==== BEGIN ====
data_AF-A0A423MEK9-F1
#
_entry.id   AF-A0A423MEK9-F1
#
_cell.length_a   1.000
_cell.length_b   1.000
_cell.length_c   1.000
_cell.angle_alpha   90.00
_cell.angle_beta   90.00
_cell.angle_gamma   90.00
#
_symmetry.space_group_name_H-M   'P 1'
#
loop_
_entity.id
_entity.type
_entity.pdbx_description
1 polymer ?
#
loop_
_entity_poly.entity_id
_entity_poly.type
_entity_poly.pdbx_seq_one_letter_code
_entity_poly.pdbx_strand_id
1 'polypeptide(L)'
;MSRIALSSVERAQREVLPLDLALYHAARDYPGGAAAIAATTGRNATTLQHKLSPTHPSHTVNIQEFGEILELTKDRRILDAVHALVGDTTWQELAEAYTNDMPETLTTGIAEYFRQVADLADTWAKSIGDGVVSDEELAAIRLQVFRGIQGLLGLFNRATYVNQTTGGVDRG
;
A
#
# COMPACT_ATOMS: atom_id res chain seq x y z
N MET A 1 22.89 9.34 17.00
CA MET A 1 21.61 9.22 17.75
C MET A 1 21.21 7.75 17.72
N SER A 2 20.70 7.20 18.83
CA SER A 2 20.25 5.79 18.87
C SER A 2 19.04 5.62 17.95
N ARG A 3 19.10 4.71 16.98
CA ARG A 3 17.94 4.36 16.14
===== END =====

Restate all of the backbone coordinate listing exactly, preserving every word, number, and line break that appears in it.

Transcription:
data_AF-A0A423MEK9-F1
#
_entry.id   AF-A0A423MEK9-F1
#
_cell.length_a   1.000
_cell.length_b   1.000
_cell.length_c   1.000
_cell.angle_alpha   90.00
_cell.angle_beta   90.00
_cell.angle_gamma   90.00
#
_symmetry.space_group_name_H-M   'P 1'
#
loop_
_entity.id
_entity.type
_entity.pdbx_description
1 polymer ?
#
loop_
_entity_poly.entity_id
_entity_poly.type
_entity_poly.pdbx_seq_one_letter_code
_entity_poly.pdbx_strand_id
1 'polypeptide(L)'
;MSRIALSSVERAQREVLPLDLALYHAARDYPGGAAAIAATTGRNATTLQHKLSPTHPSHTVNIQEFGEILELTKDRRILDAVHALVGDTTWQELAEAYTNDMPETLTTGIAEYFRQVADLADTWAKSIGDGVVSDEELAAIRLQVFRGIQGLLGLFNRATYVNQTTGGVDRG
;
A
#
# COMPACT_ATOMS: atom_id res chain seq x y z
N MET A 1 22.89 9.34 17.00
CA MET A 1 21.61 9.22 17.75
C MET A 1 21.21 7.75 17.72
N SER A 2 20.70 7.20 18.83
CA SER A 2 20.25 5.79 18.87
C SER A 2 19.04 5.62 17.95
N ARG A 3 19.10 4.71 16.98
CA ARG A 3 17.94 4.36 16.14